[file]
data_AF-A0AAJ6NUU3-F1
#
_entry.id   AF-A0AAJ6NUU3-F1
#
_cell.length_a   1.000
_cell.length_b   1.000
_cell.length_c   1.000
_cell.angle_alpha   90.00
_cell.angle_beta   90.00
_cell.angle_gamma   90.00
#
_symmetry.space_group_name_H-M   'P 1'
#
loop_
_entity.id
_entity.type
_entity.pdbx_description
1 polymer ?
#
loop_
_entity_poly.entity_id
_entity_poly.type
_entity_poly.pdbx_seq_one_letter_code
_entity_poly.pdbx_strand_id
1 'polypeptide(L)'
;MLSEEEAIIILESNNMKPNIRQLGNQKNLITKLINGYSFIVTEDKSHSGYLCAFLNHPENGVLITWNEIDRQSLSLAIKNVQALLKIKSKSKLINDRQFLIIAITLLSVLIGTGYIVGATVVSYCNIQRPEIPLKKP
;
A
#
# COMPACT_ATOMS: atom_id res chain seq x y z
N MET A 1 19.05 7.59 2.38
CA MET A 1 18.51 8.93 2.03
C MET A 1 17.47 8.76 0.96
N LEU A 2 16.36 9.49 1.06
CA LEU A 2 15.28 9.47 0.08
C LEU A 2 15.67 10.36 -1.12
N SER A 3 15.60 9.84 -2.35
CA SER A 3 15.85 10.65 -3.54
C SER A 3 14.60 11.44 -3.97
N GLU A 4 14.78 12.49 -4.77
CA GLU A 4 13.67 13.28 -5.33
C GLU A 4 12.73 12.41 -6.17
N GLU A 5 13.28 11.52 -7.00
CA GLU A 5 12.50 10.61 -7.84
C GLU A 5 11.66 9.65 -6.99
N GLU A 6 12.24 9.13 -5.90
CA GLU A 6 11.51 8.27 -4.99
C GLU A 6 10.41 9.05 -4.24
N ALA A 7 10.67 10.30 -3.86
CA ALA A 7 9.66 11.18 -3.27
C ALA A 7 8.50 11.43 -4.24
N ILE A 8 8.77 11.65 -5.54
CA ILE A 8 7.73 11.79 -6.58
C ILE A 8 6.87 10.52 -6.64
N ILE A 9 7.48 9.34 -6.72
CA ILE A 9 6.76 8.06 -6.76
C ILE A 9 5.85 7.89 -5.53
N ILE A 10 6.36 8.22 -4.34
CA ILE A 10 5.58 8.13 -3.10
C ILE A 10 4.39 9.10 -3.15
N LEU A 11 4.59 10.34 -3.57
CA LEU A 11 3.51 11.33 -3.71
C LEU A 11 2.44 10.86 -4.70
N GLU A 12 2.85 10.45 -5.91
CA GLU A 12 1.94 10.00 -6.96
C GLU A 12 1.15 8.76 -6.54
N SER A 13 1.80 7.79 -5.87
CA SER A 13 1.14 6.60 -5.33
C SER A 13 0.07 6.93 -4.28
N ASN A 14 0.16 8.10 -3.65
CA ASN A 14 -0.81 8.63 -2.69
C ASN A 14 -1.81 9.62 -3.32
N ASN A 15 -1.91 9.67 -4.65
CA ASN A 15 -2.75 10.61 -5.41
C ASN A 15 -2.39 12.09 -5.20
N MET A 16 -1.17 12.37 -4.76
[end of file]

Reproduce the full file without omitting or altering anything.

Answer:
data_AF-A0AAJ6NUU3-F1
#
_entry.id   AF-A0AAJ6NUU3-F1
#
_cell.length_a   1.000
_cell.length_b   1.000
_cell.length_c   1.000
_cell.angle_alpha   90.00
_cell.angle_beta   90.00
_cell.angle_gamma   90.00
#
_symmetry.space_group_name_H-M   'P 1'
#
loop_
_entity.id
_entity.type
_entity.pdbx_description
1 polymer ?
#
loop_
_entity_poly.entity_id
_entity_poly.type
_entity_poly.pdbx_seq_one_letter_code
_entity_poly.pdbx_strand_id
1 'polypeptide(L)'
;MLSEEEAIIILESNNMKPNIRQLGNQKNLITKLINGYSFIVTEDKSHSGYLCAFLNHPENGVLITWNEIDRQSLSLAIKNVQALLKIKSKSKLINDRQFLIIAITLLSVLIGTGYIVGATVVSYCNIQRPEIPLKKP
;
A
#
# COMPACT_ATOMS: atom_id res chain seq x y z
N MET A 1 19.05 7.59 2.38
CA MET A 1 18.51 8.93 2.03
C MET A 1 17.47 8.76 0.96
N LEU A 2 16.36 9.49 1.06
CA LEU A 2 15.28 9.47 0.08
C LEU A 2 15.67 10.36 -1.12
N SER A 3 15.60 9.84 -2.35
CA SER A 3 15.85 10.65 -3.54
C SER A 3 14.60 11.44 -3.97
N GLU A 4 14.78 12.49 -4.77
CA GLU A 4 13.67 13.28 -5.33
C GLU A 4 12.73 12.41 -6.17
N GLU A 5 13.28 11.52 -7.00
CA GLU A 5 12.50 10.61 -7.84
C GLU A 5 11.66 9.65 -6.99
N GLU A 6 12.24 9.13 -5.90
CA GLU A 6 11.51 8.27 -4.99
C GLU A 6 10.41 9.05 -4.24
N ALA A 7 10.67 10.30 -3.86
CA ALA A 7 9.66 11.18 -3.27
C ALA A 7 8.50 11.43 -4.24
N ILE A 8 8.77 11.65 -5.54
CA ILE A 8 7.73 11.79 -6.58
C ILE A 8 6.87 10.52 -6.64
N ILE A 9 7.48 9.34 -6.72
CA ILE A 9 6.76 8.06 -6.76
C ILE A 9 5.85 7.89 -5.53
N ILE A 10 6.36 8.22 -4.34
CA ILE A 10 5.58 8.13 -3.10
C ILE A 10 4.39 9.10 -3.15
N LEU A 11 4.59 10.34 -3.57
CA LEU A 11 3.51 11.33 -3.71
C LEU A 11 2.44 10.86 -4.70
N GLU A 12 2.85 10.45 -5.91
CA GLU A 12 1.94 10.00 -6.96
C GLU A 12 1.15 8.76 -6.54
N SER A 13 1.80 7.79 -5.87
CA SER A 13 1.14 6.60 -5.33
C SER A 13 0.07 6.93 -4.28
N ASN A 14 0.16 8.10 -3.65
CA ASN A 14 -0.81 8.63 -2.69
C ASN A 14 -1.81 9.62 -3.32
N ASN A 15 -1.91 9.67 -4.65
CA ASN A 15 -2.75 10.61 -5.41
C ASN A 15 -2.39 12.09 -5.20
N MET A 16 -1.17 12.37 -4.76